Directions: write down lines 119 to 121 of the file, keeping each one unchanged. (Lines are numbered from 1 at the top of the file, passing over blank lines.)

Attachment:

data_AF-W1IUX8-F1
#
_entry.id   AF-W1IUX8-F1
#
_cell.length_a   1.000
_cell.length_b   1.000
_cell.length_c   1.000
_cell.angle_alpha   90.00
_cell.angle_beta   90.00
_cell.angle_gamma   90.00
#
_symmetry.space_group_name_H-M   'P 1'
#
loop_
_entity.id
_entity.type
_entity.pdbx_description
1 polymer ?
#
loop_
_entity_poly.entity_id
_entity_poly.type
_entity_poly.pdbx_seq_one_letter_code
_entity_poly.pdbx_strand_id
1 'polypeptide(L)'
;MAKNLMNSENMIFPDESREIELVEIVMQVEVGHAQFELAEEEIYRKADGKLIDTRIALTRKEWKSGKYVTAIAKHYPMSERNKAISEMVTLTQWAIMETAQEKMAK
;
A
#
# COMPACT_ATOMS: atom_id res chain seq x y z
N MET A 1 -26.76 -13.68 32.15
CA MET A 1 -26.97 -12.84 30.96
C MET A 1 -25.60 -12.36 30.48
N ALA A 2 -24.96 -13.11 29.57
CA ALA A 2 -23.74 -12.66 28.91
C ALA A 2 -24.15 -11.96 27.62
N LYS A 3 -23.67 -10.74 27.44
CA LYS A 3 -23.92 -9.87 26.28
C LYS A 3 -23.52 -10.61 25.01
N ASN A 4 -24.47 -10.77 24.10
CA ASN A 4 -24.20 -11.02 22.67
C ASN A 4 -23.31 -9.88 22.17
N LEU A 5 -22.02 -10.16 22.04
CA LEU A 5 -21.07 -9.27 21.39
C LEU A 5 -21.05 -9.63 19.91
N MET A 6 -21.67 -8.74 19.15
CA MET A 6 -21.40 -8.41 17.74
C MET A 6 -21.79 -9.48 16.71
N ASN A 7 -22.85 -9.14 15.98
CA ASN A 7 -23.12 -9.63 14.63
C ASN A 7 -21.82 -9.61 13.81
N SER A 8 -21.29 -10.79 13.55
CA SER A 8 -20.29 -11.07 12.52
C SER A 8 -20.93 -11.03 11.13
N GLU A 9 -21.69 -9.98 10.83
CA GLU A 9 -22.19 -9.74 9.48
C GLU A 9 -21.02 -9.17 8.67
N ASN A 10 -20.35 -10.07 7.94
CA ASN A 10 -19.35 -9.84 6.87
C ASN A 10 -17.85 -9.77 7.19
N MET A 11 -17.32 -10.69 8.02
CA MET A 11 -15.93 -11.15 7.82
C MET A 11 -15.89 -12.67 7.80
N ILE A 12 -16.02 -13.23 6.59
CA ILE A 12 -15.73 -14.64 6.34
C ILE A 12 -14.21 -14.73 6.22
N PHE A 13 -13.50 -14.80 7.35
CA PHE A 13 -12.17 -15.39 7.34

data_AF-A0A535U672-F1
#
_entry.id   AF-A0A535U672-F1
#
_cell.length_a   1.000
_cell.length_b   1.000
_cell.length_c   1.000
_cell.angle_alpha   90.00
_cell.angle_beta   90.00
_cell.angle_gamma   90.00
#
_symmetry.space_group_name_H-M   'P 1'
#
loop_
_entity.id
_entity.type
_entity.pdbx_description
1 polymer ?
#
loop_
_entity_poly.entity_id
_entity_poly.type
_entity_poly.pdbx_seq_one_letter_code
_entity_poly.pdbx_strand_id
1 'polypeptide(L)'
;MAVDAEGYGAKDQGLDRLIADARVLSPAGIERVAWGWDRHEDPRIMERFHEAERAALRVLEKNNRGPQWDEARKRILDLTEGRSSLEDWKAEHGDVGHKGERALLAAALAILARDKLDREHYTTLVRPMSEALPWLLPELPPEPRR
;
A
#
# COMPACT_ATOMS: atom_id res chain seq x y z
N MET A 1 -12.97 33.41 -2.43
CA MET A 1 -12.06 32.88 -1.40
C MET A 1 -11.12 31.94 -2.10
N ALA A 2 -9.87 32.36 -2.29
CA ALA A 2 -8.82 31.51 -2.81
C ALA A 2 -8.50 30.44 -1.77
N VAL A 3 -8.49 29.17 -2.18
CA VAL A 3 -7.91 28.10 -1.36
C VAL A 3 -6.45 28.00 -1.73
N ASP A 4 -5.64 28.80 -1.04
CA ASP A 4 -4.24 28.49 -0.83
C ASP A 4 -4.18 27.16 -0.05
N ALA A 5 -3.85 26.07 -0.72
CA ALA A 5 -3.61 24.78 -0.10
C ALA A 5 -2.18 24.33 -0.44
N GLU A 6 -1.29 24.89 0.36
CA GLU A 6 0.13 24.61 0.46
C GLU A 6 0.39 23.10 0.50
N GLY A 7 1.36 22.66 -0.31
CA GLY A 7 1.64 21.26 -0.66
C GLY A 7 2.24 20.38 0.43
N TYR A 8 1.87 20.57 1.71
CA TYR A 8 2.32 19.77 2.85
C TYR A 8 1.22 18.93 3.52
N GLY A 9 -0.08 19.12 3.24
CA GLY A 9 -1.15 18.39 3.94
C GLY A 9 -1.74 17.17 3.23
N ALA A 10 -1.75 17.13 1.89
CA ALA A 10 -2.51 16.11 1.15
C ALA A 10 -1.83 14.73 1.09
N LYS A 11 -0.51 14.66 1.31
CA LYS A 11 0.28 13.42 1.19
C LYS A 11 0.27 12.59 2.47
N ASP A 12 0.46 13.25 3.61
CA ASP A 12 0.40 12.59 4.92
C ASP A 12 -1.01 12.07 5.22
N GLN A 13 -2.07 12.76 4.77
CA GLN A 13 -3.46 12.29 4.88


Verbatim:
C GLY A 7 2.24 20.38 0.43
N TYR A 8 1.87 20.57 1.71
CA TYR A 8 2.32 19.77 2.85